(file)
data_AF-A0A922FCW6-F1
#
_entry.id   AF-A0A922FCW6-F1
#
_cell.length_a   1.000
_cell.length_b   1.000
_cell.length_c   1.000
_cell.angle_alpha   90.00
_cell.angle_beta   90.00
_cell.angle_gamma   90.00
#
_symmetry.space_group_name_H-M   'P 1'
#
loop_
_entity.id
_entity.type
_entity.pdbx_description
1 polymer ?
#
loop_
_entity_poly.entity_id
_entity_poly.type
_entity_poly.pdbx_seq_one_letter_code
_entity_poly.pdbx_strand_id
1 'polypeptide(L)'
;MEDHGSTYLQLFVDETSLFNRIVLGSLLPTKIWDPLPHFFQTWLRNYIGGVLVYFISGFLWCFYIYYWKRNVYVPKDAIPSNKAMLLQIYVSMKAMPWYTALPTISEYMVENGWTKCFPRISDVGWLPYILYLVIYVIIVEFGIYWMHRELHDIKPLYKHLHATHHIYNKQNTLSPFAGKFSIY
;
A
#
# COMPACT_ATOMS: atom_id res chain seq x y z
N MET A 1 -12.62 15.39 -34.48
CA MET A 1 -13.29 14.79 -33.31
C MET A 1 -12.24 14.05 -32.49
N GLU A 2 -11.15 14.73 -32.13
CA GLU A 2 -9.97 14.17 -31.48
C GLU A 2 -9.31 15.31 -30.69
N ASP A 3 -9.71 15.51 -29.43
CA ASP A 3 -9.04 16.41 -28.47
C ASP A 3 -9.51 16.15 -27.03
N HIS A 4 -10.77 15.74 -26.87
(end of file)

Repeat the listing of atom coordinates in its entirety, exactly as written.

data_AF-A0A922FCW6-F1
#
_entry.id   AF-A0A922FCW6-F1
#
_cell.length_a   1.000
_cell.length_b   1.000
_cell.length_c   1.000
_cell.angle_alpha   90.00
_cell.angle_beta   90.00
_cell.angle_gamma   90.00
#
_symmetry.space_group_name_H-M   'P 1'
#
loop_
_entity.id
_entity.type
_entity.pdbx_description
1 polymer ?
#
loop_
_entity_poly.entity_id
_entity_poly.type
_entity_poly.pdbx_seq_one_letter_code
_entity_poly.pdbx_strand_id
1 'polypeptide(L)'
;MEDHGSTYLQLFVDETSLFNRIVLGSLLPTKIWDPLPHFFQTWLRNYIGGVLVYFISGFLWCFYIYYWKRNVYVPKDAIPSNKAMLLQIYVSMKAMPWYTALPTISEYMVENGWTKCFPRISDVGWLPYILYLVIYVIIVEFGIYWMHRELHDIKPLYKHLHATHHIYNKQNTLSPFAGKFSIY
;
A
#
# COMPACT_ATOMS: atom_id res chain seq x y z
N MET A 1 -12.62 15.39 -34.48
CA MET A 1 -13.29 14.79 -33.31
C MET A 1 -12.24 14.05 -32.49
N GLU A 2 -11.15 14.73 -32.13
CA GLU A 2 -9.97 14.17 -31.48
C GLU A 2 -9.31 15.31 -30.69
N ASP A 3 -9.71 15.51 -29.43
CA ASP A 3 -9.04 16.41 -28.47
C ASP A 3 -9.51 16.15 -27.03
N HIS A 4 -10.77 15.74 -26.87